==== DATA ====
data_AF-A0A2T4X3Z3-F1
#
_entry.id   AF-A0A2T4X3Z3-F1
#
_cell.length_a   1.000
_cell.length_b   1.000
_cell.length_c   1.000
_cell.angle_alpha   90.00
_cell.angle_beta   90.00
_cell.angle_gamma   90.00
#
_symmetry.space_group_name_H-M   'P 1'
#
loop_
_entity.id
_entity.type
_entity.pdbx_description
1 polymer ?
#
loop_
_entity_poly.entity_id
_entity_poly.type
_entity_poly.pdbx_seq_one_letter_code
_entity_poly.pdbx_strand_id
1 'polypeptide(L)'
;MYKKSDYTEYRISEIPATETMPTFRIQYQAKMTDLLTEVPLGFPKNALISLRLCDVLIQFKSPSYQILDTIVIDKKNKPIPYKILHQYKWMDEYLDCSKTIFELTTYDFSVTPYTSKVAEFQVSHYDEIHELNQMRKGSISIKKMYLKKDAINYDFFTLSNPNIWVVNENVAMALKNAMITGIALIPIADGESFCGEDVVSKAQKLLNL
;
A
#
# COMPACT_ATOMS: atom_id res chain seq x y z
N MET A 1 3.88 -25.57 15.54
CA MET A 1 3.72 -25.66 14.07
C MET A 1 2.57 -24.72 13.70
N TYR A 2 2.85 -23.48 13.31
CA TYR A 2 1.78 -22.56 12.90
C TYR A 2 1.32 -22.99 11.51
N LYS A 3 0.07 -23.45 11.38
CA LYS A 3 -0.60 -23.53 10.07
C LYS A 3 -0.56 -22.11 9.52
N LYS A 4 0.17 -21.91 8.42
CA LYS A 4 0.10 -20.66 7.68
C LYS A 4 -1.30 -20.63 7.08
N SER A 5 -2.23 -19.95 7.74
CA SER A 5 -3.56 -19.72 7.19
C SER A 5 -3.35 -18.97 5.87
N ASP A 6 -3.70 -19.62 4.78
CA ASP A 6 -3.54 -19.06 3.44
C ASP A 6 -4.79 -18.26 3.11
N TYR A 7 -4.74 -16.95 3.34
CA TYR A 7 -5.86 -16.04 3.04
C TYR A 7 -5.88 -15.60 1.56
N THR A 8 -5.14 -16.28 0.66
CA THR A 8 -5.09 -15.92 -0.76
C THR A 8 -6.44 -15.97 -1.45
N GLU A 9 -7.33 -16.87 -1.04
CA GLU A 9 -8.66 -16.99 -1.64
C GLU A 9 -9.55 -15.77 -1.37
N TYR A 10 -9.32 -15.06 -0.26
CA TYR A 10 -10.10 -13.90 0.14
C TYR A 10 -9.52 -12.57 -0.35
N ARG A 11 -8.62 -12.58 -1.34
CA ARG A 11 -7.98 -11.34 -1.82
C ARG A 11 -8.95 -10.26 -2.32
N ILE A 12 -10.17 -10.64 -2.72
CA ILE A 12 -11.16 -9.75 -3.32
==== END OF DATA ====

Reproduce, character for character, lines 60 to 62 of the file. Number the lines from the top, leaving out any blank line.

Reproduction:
C TYR A 10 -9.52 -12.57 -0.35
N ARG A 11 -8.62 -12.58 -1.34
CA ARG A 11 -7.98 -11.34 -1.82